We hear a lot of discussion around Child Protective Services reforms focused on agency capacity shortages, but there are significant gaps in frontline, community-based services for Texas' high-risk youth that also need to be part of these important policy conversations.
Before the 85th Legislative Session convenes in 2017, we hope policymakers will analyze this issue from the starting point of the child in need and seek to include strategies to prevent and divert young lives from being disrupted and traumatized by entry into the juvenile justice or foster care systems in the first place.
First, we have to be willing to talk openly about mental health and acknowledge the number of high-risk children in Texas experiencing very real mental health disturbances — children who will have the greatest chance for recovery and healthy, productive living if diagnosed and treated early.
We know that half of all mental health conditions begin by age 14. In a 12-month period, more than half a million Texas children and adolescents (ages 0-17) have severe emotional disturbances that impair function at school and home. It is estimated that more than:1
- 186,000 engage in self-injury/harming behaviors
- 160,000 have depression
- 100,000 have conduct disorders
- 76,000 suffer Post Traumatic Stress Disorder
Among these are about 30,000 children who are at high risk for suspension or expulsion from school or out-of-home placement. A six-year study of Texas students found that children with severe emotional disturbances were disproportionately suspended and expelled from school, including nearly three out of four children in special education. Though about 9 percent of public school children are identified as having emotional difficulties that affect learning ability, this population constitutes about 32 percent of youth in our juvenile detention centers.2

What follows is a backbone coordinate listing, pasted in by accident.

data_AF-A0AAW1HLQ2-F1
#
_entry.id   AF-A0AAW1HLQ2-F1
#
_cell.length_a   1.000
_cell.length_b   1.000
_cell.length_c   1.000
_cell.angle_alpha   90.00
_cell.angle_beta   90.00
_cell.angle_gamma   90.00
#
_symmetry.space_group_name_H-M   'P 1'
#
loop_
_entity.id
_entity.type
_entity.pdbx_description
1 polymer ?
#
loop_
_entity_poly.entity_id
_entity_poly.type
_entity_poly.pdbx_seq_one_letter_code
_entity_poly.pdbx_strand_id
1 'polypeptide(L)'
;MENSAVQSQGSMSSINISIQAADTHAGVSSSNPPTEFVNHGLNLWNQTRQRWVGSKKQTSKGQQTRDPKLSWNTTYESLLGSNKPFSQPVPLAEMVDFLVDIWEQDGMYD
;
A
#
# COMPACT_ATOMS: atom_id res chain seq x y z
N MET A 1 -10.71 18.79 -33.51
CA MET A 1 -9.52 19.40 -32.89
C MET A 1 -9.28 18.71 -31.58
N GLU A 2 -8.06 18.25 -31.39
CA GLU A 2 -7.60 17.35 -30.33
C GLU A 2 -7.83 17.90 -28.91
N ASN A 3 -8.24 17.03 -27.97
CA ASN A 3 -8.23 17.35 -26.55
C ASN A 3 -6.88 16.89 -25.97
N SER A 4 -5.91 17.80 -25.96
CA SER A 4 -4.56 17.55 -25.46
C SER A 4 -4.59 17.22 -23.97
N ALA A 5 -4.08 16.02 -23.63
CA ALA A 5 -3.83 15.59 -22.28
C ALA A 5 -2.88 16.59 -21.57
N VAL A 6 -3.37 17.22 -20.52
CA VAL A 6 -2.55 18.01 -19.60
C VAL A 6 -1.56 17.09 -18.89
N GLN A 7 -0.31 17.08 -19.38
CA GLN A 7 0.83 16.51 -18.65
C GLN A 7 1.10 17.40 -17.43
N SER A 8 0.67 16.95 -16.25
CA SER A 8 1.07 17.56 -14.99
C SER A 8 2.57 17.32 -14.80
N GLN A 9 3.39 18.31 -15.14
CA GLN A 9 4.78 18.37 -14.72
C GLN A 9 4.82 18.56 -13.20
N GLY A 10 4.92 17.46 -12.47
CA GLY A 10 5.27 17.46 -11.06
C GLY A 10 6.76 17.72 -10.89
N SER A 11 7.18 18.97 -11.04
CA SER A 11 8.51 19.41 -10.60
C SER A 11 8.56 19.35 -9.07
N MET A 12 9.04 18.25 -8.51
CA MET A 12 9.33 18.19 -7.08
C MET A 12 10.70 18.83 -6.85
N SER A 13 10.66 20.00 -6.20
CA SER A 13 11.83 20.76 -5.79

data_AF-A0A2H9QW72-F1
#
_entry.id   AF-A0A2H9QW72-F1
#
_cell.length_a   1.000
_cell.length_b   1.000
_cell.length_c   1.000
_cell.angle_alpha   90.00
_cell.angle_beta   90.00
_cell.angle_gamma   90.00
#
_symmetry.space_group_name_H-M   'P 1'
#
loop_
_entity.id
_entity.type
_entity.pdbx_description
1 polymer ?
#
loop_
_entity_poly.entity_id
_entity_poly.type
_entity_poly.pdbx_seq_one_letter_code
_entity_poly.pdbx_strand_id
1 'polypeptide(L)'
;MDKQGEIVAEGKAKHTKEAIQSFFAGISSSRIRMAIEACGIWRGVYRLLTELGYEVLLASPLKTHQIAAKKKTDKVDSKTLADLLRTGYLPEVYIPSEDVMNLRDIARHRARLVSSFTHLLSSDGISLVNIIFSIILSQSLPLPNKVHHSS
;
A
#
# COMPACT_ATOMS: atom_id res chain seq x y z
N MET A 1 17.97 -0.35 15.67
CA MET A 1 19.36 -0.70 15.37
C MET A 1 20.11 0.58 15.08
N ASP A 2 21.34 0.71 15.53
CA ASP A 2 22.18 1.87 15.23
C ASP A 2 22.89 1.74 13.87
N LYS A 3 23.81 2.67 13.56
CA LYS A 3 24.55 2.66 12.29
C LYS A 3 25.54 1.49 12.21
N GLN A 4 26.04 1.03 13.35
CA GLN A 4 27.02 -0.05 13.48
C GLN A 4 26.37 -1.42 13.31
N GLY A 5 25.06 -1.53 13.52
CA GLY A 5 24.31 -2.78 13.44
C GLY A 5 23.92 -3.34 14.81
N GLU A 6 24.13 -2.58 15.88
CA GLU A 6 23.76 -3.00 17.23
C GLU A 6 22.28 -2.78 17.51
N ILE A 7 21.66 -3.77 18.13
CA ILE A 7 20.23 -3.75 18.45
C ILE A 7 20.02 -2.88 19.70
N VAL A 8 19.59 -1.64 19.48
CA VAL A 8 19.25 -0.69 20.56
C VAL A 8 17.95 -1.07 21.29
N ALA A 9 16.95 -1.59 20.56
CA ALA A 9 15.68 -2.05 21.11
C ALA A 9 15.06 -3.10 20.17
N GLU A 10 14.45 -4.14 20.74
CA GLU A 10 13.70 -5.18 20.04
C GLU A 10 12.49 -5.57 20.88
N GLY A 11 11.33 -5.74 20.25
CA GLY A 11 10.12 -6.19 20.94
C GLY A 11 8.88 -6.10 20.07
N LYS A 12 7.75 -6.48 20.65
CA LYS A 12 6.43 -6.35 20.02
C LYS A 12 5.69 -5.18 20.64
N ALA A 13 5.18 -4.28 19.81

Most children who enter the foster care system do so because of traumatizing abuse or neglect. Approximately one in eight of the 47,000 children in Texas Department of Family Protective Services custody is considered a “high needs” child, with special medical, behavioral or emotional indicators or intellectual and developmental disabilities.3
It is clear: Texas children need effective programs to protect their emotional health and safety as soon as problems emerge in order to stem the influx of youth entering and getting trapped within our institutional systems.
1. Missing Component: Access to Community-Based and In-Home Services
Whether a child with severe emotional disturbances lives with their biological family or a foster family, when a child at high risk for placement out of home or school experiences an emotional crisis, parents and caregivers need better options than to call law enforcement, drive the child to the ER or try to handle it themselves.
“They need to be able to call someone with expertise in mental health to provide in-home services and support to that family until the child is more stable. Those services may include de-escalation, long-term needs assessment and an ongoing support plan,” says Anu Partap, MD, Assistant Professor of Pediatrics at UTSW Medical Center and Director of the Rees-Jones Center of Foster Care Excellence at Children's Health.
“Easy-to-access community-based and in-home services are especially crucial for children in foster care. We find that among our patients, the majority of foster parents who say, ‘I can’t do this any more,’ are loving and committed before that breaking point. They ask for more help in their homes to help parent children in foster care with high needs, but there is a gap in providing needed and critical support services,” says Dr. Partap.